Stocking a Home Medical Kit? Here’s What You Need

Featured Expert:

Many of us have medicine cabinets stocked with old unused prescriptions in our homes. But when your home emergency happens, it always seems that you can’t find what you need. Patrick Mularoni, M.D., from Johns Hopkins All Children’s Hospital, explains what you should have on hand and what you should probably get rid of.

The first thing to look for are the old unfinished prescriptions you may be storing. Many of them are likely expired and some could be dangerous. You are absolutely going to want to get rid of any old prescription pain medicine. There is an opiate addiction problem in our country and when you have these items in your house you run the risk of someone in your house getting into them whether it’s a visitor, a teenager or a young child. I have personally met teen opiate addicts who have told me that they started by taking opiates out of a family medicine cabinet.

So once you’ve done some spring cleaning what does every family need in the house?

I am going to break this into two groups: medicines and then first-aid supplies.

When talking about medicines, I think that there are three things that every family should have. The first is ibuprofen. Ibuprofen is a fever reducer, pain reliever and anti-inflammatory so it is a good medicine for both making you feel better when you are ill and also works well to decrease inflammation and pain associated with injuries. The second medicine I would have on hand is a lidocaine-based tooth pain reliever. For parents of babies that are cutting teeth, it is inevitable that you will first notice tooth pain when it’s time to go to sleep. Although there are a bunch of natural teething aids that can be used as well, a lidocaine-based tooth pain reliever can be a real help when acute tooth or teething pain shows up. The last oral medicine that I suggest that every family should have is is an antihistamine to help relieve allergies and itching. You never know when a child is going to get into something that they are allergic to or that causes itching. This medicine is not only great for allergic reactions to help stop the itching but as an antihistamine. It is my first medication suggestion to help dry a sniffly nose. If given at nighttime it works great because it helps a child sleep better and dries his or her nose to decrease cough.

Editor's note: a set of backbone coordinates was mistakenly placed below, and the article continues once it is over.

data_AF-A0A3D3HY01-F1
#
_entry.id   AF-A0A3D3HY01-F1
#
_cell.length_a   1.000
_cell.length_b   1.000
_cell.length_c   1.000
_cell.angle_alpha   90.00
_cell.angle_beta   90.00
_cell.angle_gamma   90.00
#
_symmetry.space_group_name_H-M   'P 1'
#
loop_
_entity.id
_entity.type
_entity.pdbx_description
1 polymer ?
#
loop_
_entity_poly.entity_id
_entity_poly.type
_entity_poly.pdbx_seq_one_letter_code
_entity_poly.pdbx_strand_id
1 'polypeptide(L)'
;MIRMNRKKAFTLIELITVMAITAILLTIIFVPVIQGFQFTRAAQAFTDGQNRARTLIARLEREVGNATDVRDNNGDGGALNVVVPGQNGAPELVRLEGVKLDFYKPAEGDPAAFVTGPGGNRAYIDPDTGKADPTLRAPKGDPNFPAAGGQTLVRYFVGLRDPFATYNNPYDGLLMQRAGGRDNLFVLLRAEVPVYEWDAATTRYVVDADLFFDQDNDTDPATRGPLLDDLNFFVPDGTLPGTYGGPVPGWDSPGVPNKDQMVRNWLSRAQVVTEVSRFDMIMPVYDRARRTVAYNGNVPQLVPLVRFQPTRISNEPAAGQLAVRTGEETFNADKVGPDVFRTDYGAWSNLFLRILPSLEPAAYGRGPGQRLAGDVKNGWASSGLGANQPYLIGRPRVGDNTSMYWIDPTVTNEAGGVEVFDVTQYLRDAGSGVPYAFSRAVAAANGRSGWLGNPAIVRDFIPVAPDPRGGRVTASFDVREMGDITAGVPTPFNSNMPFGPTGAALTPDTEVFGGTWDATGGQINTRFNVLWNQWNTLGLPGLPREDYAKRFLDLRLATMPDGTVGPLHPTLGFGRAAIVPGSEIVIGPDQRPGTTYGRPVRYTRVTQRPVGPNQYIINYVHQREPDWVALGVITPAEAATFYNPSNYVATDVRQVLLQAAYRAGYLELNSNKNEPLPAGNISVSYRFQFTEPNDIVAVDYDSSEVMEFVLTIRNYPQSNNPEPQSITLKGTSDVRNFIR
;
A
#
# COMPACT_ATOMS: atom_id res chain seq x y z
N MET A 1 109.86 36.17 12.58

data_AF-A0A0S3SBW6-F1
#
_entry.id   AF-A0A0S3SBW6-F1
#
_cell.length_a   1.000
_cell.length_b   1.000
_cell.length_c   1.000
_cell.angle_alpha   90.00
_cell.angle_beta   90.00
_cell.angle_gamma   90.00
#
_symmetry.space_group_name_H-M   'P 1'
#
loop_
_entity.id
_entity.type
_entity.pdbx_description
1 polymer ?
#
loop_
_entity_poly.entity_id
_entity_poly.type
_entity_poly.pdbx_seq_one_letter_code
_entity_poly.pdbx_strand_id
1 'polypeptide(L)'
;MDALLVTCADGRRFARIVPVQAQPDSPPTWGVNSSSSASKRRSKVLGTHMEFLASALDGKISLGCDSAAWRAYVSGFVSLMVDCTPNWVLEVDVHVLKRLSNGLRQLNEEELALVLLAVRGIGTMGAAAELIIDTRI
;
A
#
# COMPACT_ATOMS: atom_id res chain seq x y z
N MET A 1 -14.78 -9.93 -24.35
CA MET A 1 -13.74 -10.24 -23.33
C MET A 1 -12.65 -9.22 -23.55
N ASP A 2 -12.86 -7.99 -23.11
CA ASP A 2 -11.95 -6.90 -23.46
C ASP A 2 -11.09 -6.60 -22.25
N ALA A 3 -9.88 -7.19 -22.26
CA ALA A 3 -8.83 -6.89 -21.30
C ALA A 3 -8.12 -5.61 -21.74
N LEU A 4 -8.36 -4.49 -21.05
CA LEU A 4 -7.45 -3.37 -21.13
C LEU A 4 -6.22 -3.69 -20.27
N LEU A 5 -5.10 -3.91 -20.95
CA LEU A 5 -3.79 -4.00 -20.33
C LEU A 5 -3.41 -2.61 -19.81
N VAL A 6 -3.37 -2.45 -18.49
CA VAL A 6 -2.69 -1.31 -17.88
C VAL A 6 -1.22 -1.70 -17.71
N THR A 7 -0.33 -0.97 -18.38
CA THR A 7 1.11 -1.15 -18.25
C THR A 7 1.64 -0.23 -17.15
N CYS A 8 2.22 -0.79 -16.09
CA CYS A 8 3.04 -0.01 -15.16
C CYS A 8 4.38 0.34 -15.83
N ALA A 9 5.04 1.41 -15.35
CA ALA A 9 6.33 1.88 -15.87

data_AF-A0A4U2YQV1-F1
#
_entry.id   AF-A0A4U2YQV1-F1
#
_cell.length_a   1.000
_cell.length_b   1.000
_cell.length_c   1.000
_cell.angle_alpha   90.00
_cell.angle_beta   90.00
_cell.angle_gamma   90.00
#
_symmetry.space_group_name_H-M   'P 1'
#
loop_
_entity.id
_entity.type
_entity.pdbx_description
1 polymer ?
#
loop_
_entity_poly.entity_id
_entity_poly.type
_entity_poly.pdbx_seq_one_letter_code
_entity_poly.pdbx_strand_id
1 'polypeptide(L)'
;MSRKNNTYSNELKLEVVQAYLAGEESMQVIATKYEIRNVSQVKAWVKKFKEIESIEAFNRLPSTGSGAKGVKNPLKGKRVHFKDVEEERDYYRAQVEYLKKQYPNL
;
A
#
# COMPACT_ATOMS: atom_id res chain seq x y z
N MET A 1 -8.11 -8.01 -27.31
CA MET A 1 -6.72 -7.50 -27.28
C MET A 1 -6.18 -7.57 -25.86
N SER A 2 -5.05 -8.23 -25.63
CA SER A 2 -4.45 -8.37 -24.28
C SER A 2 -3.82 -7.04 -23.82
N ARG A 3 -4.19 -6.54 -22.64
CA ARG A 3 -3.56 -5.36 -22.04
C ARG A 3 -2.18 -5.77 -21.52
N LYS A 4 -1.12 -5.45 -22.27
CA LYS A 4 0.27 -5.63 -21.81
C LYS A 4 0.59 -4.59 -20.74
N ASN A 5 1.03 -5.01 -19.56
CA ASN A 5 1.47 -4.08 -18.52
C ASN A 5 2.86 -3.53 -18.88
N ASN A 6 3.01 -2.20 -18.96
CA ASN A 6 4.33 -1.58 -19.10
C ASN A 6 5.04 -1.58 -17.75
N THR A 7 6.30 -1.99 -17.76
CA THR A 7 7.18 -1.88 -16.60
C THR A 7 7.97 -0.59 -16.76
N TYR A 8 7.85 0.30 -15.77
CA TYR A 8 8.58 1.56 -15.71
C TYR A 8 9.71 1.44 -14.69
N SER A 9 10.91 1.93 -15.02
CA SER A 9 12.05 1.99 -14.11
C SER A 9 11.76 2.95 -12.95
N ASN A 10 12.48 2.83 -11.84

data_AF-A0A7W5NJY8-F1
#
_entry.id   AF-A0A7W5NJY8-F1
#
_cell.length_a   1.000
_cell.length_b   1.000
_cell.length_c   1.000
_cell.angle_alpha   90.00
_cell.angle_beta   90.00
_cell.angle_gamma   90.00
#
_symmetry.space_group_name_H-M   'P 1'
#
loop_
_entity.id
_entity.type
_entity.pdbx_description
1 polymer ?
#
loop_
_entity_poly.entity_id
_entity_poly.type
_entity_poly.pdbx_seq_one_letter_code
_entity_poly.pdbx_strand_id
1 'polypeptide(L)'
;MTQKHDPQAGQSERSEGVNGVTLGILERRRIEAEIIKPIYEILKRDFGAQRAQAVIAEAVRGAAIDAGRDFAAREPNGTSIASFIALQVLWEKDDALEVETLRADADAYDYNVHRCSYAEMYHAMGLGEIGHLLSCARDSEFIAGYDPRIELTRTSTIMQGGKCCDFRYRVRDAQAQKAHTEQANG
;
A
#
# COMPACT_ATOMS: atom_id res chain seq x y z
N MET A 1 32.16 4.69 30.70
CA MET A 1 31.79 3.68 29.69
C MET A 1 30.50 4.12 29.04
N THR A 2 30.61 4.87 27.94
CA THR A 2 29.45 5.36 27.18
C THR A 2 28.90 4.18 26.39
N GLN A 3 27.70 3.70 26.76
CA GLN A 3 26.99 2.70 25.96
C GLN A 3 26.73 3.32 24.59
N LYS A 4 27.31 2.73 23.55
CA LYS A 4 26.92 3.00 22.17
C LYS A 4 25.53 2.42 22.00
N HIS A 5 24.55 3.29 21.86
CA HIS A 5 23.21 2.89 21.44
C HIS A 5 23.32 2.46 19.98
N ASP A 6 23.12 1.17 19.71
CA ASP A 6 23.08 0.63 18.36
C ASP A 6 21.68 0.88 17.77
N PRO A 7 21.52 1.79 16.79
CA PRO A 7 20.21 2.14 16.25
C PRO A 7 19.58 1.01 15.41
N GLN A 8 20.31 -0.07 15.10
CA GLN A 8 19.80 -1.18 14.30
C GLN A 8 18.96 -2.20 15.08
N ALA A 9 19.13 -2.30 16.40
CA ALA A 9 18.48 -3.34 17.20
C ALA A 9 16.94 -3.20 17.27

What should all parents have for that inevitable time that their child gets an injury?

  • Self-sticking bandages
  • Antibiotic ointment
  • Gauze pads
  • Gauze wraps
  • Compression bandage
  • Plastic bag

I think that every parent should keep an injury kit in both the car and in the house. You should have something to help clean a wound. You can always use water, but you are going to want some gauze pads if there is dirt or debris that needs to be removed from a cut or scrape. You should have bandages in a few sizes, and I also suggest purchasing gauze in a roll form, which works really well to cover wounds on the extremities. You should also keep an antibiotic ointment in the kit to help decrease infection risk. This also can help so that the gauze doesn’t stick to the wound. Finally you should have a compression bandage, which can be used to wrap or keep ice on an injured joint and can even be used to help make a splint as you’re on the way to see a doctor. If you don’t want to go out and buy a true first aid kit, you can keep all of this in a freezer bag, which can then be used to create an Ice pack when emptied.

Pediatric Care at Johns Hopkins Medicine

  • Emergency Medicine at Johns Hopkins Children's Center

    The Pediatric Emergency Department at the Johns Hopkins Children's Center in Baltimore, Maryland, is staffed by pediatric emergency medicine specialists and provides high quality care to children with multisystem illness and trauma — 24 hours per day, seven days a week.

  • Emergency Medicine at Johns Hopkins All Children's

    The Johns Hopkins All Children's Hospital Emergency Center in St. Petersburg, Florida, treats all emergency conditions and is staffed 24 hours a day by pediatric emergency medicine physicians, general pediatricians and nurses, all specially trained in pediatric emergency medicine.

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